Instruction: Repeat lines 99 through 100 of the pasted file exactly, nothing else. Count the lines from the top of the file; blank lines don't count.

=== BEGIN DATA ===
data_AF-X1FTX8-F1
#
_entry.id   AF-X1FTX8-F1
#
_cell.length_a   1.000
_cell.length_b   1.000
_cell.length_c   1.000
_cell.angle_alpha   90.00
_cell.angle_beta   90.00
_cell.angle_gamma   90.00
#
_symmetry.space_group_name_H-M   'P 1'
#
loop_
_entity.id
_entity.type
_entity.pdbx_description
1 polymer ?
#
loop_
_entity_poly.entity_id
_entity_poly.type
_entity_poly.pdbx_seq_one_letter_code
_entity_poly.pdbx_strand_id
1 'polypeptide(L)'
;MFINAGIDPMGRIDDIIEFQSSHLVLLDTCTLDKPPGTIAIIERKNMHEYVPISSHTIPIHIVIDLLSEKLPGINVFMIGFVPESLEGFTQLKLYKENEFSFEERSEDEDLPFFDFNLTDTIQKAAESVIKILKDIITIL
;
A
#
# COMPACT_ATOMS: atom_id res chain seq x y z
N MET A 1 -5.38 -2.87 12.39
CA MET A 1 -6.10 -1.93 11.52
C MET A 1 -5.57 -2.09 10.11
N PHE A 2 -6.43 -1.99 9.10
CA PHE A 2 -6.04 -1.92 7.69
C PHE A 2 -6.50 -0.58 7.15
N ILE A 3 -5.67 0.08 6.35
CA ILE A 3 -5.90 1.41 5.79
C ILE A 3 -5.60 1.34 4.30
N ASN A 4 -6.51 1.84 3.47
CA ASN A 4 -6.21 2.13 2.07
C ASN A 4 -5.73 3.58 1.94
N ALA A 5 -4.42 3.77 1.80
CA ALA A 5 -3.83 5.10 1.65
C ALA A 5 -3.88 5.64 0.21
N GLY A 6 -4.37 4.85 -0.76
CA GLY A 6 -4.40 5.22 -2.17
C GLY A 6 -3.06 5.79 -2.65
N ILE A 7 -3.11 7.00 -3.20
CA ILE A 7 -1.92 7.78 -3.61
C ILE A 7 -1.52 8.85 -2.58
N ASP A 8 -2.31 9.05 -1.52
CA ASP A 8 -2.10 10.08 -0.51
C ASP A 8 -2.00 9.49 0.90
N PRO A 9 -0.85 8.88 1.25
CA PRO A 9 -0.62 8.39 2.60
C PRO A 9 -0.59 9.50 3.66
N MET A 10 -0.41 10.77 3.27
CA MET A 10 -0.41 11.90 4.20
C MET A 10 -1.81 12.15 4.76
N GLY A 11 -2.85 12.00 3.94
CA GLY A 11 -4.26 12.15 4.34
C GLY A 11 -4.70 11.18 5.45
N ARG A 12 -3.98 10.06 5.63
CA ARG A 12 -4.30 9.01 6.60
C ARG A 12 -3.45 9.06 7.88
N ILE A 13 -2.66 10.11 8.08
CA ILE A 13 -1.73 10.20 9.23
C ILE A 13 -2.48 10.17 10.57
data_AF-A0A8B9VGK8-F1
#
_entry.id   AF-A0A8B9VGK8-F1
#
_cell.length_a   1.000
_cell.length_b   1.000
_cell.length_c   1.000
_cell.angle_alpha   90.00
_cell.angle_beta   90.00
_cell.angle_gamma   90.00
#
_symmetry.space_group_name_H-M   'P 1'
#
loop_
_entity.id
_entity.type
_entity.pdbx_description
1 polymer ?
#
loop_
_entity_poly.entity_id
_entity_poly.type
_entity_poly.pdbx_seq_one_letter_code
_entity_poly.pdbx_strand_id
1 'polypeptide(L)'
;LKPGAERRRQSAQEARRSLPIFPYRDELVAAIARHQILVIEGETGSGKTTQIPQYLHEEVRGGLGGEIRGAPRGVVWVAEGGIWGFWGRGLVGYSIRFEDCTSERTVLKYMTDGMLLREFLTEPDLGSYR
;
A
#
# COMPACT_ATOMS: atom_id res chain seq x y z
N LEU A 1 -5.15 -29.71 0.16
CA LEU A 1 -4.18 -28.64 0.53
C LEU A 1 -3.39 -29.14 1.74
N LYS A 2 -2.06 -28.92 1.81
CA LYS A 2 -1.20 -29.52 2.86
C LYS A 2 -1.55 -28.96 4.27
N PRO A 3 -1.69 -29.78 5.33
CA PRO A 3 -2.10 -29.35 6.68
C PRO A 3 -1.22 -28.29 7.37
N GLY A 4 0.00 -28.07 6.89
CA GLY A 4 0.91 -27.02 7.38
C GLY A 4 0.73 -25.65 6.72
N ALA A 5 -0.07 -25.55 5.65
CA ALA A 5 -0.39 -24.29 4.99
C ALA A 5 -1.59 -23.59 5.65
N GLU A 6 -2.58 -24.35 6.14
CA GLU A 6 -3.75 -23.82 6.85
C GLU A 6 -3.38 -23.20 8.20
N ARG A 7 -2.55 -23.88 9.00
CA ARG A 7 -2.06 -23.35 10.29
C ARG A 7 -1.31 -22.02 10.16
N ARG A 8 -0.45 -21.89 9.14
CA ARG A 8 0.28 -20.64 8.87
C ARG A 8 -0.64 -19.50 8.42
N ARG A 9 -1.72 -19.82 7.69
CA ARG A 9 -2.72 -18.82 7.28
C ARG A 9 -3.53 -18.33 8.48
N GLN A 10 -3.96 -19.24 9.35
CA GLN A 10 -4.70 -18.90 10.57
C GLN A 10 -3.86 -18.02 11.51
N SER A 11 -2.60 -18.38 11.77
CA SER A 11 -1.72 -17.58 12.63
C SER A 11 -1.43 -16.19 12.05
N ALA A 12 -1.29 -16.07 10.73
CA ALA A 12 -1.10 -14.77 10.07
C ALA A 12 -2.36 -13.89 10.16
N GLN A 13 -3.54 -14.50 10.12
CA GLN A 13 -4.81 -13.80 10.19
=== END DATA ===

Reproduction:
# COMPACT_ATOMS: atom_id res chain seq x y z
N LEU A 1 -5.15 -29.71 0.16